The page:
And we have long adhered to the view that the warrant procedure minimizes the danger of needless intrusions of that sort.” (quoting United States v. U.S. Dist. Court, 407 U.S. 297, 313 (1972))); see also New York v. Harris, 495 U.S. 14, 18 (1990) (“Payton nevertheless drew a line at the entrance to the home. This special solicitude was necessary because ‘physical entry of the home is the chief evil against which the wording of the Fourth Amendment is directed.'”
To the contrary, they are congressionally authorized, and their constitutionality has been affirmed by the Fourth Circuit, United States v. Pelton, 835 F.2d 1067, 1075-76 (4th Cir. 1987) (“We find the provisions of FISA to be ‘reasonable both in relation to the legitimate need of Government for intelligence information and the protected rights of our citizens,’ and therefore compatible with the Fourth Amendment.” (citing United States v. U.S. Dist. Court for E. Dist. of Mich.., 407 U.S. 297, 323 (1972))), as well as every federal court that has considered the matter, Gov. Opp’n 17-18 (collecting cases).The exception to the requirement of ex parte, in camera review applies “only where such disclosure is necessary to make an accurate determination of the legality of the surveillance.”
The United States seems to assert that where there is reasonable suspicion, a Defendant who leaves the doors to his home open subjects himself to governmental intrusion such that officers are free to enter if they observe incriminating evidence in plain view through that open door.However, it is axiomatic that the ‘physical entry of the home is the chief evil against which the wording of the Fourth Amendment is directed.”‘ Welsh v. Wisconsin, 466 U.S. 740, 748 (1984) (quoting United States v. U.S. Dist. Court for E. Dist. of Mich., S. Div., 407 U.S. 297, 313 (1972)). And a principal protection against unnecessary intrusions into private dwellings is the warrant requirement imposed by the Fourth Amendment on agents of the government who seek to enter the home for purposes of search or arrest.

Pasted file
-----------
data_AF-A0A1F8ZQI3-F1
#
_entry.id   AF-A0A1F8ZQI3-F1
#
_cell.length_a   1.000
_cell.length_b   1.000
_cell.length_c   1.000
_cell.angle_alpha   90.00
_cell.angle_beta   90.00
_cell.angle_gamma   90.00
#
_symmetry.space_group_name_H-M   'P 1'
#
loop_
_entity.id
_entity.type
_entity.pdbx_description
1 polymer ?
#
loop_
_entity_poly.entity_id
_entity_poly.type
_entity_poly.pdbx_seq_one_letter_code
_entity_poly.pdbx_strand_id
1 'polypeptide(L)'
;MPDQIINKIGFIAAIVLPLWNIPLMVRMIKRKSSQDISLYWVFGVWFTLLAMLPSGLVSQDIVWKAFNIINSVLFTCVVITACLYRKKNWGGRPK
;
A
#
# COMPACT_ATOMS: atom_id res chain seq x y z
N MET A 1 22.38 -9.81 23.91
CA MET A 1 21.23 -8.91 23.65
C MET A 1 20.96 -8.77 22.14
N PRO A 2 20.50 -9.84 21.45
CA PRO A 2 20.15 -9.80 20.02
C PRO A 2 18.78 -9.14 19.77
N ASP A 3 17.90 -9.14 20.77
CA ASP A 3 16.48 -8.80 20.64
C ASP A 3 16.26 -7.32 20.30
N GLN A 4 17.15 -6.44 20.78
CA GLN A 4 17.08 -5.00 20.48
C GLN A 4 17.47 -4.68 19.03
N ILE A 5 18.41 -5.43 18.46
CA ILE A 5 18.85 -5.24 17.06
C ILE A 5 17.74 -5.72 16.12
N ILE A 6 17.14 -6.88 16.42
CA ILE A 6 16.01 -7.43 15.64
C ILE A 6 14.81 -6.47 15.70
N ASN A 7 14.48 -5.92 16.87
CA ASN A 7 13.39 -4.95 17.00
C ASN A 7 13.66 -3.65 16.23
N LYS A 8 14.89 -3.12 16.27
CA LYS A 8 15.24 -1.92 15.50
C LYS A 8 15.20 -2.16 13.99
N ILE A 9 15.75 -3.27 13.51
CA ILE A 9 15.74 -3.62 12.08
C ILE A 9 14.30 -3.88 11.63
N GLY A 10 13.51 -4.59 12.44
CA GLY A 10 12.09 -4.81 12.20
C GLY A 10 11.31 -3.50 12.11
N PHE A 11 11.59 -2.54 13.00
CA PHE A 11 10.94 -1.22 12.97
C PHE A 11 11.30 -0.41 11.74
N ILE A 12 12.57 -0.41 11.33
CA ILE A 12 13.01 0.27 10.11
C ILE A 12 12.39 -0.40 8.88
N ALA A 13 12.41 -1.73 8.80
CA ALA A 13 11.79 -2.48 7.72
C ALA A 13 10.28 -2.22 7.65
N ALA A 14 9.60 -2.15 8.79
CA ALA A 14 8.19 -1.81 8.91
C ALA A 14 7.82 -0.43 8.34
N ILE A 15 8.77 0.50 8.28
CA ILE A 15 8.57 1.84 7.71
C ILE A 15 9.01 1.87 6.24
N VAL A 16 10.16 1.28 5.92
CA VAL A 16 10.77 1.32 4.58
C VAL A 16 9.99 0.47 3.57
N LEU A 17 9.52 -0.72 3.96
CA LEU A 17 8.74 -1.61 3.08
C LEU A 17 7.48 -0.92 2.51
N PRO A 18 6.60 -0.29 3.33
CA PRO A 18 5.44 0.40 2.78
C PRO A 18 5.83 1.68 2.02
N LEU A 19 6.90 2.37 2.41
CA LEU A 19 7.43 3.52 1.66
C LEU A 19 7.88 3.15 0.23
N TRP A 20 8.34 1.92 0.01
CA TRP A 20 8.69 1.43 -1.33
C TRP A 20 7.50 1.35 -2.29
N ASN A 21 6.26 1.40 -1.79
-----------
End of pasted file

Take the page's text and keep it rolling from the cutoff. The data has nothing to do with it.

The Payton Court has emphasized that “the Fourth Amendment has drawn a firm line at the entrance to the house,” Payton, 445 U.S. at 590, and that “physical entry of the home is the chief evil against which the wording of the Fourth Amendment is directed,” id. at 585 (quoting United States v. U.S. Dist. Ct., 407 U.S. 297, 313 (1972)). The defendants’ reading of Santana would turn that firm line into a dotted line and, at the same time, would unfairly punish any suspect who chooses to come to the door upon hearing a police officer’s knock.
(overruled)Coolidge v. New Hampshire, 403 U.S. 443 (1971) (the Fourth Amendment has been interpreted to mean that probable cause must be determined by a neutral and detached magistrate rather than by an official of the executive branch whose duty is to enforce the law, to investigate, and to prosecute.)United States v. United States Dist. Court for E. Dist. of Michigan, S. Div., 407 U.S. 297 (1972) (The requirement that probable cause must be determined by a neutral and detached magistrate reflects “our basic constitutional doctrine that individual freedoms will best be preserved through a separation of powers and division of functions among the different branches and levels of Government.”)State v. Hobbs, 2012-Ohio-3886 (“[a] person acting in a dual capacity as deputy sheriff for a county and deputy clerk for a municipal court located in that same county is not a neutral and detached magistrate for purposed of determining whether probable cause exists for issuing and arrest warrant.”)